Vintage 6v Motorcycle Horn Repair

Thread Starter

DanielHowden

Joined Nov 8, 2019
65
Hi, part of my job is restoring motorcycles. On this project I am trying to get this 1973 6v horn working again. It seems to me that the 6v modern battery is too strong on the electro magnet and is not allowing the plate to move away from the pull to create the noise.

I am wondering it there is a way, electronically, to reduce the power to the horn. I did connect a small bulb in series but this took too much power.

Can anyone suggest how I can achieve this lessoning in power please?

Thanks, Daniel.

Here is a video and some pictures.

https://photos.app.goo.gl/AFT1b4Ws1CkCkYqw9

PXL_20231123_102700708.jpg

PXL_20231123_102710713.jpg
 

Ya’akov

Joined Jan 27, 2019
8,973
On it’s face, your theory—the battery is “too powerful”—doesn’t really make sense.

A 6V PbSO₄ (Lead Acid) battery will have three cells in series, at 2V each, and then some number of these 3-cell clusters in parallel for more current.

When you say “too powerful”, there’s a problem. If the horn is designed for 6V, and use a 6V battery, there is no room for “too powerful” since every case of 6V is equally “powerful” in the casual sense.

Technically, power would be measured in Watts (W). This is the product of the voltage and current. While a new battery may well be capable of producing more power in W, the load (horn) plays a key role in how much current and so power will be consumed.

You can determine the current (A, or I) in a circuit if you know two other things: voltage (V) and resistance (R, or Ω). The formula is simple and if you examine it just a little you will see the relationships among the terms. To get current, we use this form of Ohm’s Law:

\[ \mathsf{I = {V\over R}} \]
You can see from this that current (I) in amps is directly proportional to voltage (V) in volts and inversely proportional to resistance (R) in Ω. This puts the load in charge of current draw*. The battery can be ready to deliver more current than is needed but it can’t force that on the load—unless the voltage is increased, in which case calculating the current with the same formula will give a higher number.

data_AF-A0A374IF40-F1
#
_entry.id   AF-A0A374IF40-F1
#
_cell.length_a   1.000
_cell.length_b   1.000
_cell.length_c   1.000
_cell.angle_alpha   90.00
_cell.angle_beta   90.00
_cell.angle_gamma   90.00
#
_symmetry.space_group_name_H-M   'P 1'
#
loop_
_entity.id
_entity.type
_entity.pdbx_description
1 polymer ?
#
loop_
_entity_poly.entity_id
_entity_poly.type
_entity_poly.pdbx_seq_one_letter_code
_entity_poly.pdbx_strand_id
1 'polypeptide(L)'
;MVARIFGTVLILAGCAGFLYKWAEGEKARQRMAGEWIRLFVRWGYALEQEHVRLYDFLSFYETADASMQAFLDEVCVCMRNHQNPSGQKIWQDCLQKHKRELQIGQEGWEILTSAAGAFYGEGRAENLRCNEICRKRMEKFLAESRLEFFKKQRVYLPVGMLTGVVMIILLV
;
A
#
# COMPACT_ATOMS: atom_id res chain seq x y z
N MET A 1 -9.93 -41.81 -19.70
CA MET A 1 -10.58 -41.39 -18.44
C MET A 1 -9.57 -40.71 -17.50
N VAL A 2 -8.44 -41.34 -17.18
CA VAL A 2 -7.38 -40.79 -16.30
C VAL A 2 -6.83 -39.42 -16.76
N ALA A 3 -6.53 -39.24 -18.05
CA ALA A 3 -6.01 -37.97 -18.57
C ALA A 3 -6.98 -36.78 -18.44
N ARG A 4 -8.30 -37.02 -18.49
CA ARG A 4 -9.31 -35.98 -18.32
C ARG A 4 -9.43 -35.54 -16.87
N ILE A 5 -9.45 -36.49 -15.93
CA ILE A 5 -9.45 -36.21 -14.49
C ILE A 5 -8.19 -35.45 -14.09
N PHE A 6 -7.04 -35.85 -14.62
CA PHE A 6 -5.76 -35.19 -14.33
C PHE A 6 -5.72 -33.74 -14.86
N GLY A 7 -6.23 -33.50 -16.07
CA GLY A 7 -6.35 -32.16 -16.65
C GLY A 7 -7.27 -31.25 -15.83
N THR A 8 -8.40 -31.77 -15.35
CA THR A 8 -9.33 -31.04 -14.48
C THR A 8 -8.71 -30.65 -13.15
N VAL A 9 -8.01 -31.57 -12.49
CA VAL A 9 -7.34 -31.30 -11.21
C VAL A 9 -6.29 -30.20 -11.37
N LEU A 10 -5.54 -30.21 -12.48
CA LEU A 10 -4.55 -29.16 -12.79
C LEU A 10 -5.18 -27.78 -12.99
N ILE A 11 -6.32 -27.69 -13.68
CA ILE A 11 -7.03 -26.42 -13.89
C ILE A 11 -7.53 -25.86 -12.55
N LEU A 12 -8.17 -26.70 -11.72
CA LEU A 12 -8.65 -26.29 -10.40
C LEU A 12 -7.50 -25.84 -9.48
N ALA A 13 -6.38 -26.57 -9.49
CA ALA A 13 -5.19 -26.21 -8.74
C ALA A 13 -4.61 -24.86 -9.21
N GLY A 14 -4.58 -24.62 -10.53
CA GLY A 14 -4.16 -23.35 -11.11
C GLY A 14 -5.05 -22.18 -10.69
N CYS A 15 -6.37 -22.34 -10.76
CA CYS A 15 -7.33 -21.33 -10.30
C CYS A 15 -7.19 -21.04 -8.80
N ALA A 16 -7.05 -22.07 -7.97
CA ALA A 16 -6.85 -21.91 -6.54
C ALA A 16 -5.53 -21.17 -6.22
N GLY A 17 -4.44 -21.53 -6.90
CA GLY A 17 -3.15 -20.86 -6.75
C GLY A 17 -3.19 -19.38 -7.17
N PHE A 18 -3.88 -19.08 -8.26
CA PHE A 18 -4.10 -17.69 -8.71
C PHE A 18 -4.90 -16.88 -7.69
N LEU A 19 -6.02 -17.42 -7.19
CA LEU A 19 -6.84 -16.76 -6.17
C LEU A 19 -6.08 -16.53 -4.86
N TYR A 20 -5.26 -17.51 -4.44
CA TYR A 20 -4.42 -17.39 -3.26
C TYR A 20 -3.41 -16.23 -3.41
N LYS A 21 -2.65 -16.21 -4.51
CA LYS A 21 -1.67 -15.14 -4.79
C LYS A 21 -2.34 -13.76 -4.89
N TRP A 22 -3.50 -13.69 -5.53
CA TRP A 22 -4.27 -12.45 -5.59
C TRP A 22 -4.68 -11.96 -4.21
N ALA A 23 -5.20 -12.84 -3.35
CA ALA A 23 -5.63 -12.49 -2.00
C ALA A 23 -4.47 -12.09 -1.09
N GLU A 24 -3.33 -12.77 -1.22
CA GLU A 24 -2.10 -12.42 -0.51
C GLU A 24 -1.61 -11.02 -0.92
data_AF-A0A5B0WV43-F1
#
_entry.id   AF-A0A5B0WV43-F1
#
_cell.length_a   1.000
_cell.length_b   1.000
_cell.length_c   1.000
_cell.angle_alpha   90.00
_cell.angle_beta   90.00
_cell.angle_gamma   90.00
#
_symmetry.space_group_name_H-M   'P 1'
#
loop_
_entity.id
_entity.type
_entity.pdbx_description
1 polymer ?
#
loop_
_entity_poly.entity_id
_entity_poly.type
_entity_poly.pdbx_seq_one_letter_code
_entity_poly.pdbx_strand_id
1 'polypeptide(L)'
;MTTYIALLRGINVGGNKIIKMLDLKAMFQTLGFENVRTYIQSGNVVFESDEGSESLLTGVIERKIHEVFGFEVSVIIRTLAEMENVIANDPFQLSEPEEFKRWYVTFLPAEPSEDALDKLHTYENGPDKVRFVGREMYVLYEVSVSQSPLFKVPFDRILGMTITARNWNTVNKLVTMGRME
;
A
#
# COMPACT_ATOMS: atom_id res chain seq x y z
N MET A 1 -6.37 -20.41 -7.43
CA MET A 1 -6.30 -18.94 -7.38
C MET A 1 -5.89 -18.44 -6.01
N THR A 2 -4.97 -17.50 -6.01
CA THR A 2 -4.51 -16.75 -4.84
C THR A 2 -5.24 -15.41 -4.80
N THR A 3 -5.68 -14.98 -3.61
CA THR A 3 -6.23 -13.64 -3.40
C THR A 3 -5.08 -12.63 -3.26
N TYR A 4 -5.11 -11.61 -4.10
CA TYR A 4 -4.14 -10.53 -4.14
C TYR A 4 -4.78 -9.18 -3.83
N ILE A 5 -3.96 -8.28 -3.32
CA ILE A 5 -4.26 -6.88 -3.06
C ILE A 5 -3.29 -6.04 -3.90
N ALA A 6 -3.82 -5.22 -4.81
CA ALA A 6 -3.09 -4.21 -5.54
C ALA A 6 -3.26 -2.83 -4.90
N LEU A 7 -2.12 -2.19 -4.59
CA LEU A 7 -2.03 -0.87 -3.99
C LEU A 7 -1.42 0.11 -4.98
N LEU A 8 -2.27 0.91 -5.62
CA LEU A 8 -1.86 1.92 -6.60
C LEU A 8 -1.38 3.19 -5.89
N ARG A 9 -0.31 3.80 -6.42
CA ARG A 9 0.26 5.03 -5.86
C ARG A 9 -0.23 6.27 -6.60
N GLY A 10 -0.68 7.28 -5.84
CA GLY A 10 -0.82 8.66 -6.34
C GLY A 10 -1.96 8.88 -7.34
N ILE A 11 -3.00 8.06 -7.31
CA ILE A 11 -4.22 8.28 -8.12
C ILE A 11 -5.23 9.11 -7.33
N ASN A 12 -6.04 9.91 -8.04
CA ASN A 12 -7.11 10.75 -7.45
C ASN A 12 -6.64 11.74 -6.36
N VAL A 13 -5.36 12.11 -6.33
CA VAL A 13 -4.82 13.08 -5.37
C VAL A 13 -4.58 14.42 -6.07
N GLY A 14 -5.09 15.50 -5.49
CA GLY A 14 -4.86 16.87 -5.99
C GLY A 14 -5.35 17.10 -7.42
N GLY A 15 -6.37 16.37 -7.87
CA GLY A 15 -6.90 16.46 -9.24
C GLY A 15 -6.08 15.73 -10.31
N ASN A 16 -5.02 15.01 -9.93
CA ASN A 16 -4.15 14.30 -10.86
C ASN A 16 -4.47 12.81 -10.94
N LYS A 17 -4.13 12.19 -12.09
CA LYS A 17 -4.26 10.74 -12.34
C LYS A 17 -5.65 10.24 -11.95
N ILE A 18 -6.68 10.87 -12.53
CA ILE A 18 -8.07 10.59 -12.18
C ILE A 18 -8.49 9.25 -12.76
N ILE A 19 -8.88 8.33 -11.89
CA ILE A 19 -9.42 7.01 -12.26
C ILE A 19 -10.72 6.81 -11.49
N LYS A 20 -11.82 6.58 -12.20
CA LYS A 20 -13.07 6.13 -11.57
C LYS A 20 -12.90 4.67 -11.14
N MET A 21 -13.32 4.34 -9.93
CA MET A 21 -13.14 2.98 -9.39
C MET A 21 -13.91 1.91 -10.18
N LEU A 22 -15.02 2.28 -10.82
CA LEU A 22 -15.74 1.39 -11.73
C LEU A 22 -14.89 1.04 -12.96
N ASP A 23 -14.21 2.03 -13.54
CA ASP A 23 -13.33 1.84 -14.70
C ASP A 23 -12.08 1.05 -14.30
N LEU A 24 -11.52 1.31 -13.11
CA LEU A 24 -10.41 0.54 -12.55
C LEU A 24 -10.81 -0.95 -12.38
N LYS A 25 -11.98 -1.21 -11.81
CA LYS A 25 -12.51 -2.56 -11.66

*The exception to this are non-ohmic loads which is important but not for this problem.

So, I don’t think your theory is a good one. I suspect the switch that is supposed to disconnect power to the coil forming the electromagnet is the source of the problem. The horn works because as soon as the electromagnet attracts the diaphragm it also operates a switch through which the coil gets power.

The switch is NC (Normally Closed), so if the horn is not energized otherwise, it is possible to power the coil. But, when the coil gets power one of the effects is to turn that power off. This causes the oscillation that translates to the sound.

I am not family with the particular design of the horn in your photos, and the angle doesn’t show the mechanism well. A shot more from the side might help.
 

Ya’akov

Joined Jan 27, 2019
8,973
Brilliant post, thank you - how I show my ignorance!

Let me takes some more pics and I will upload.

Thanks, Daniel.
All of us are ignorant until we learn. Never worry about ignorance, it is so easily cured by knowledge. It is foolishness you need to guard against, and so far as I can see you have nothing to worry about on that front.
 

Tonyr1084

Joined Sep 24, 2015
7,772
What I know of horns: The diaphragm pulls toward the electromagnet (EM). That opens a contact point and the diaphragm relaxes, thus making contact again. This happens at a frequency dependent on the diaphragm size and weight. I've seen those contacts burn up over time. Cleaning and polishing the contacts seems to restore horns I've tinkered with in the past. Other things that cause horn failure (in my experience) has been sand/dirt getting into the diaphragm. In your pictures I didn't see any contacts. You spoke of a switch. I'll have to review the pic's again but I don't see any contacts that would make the horn work.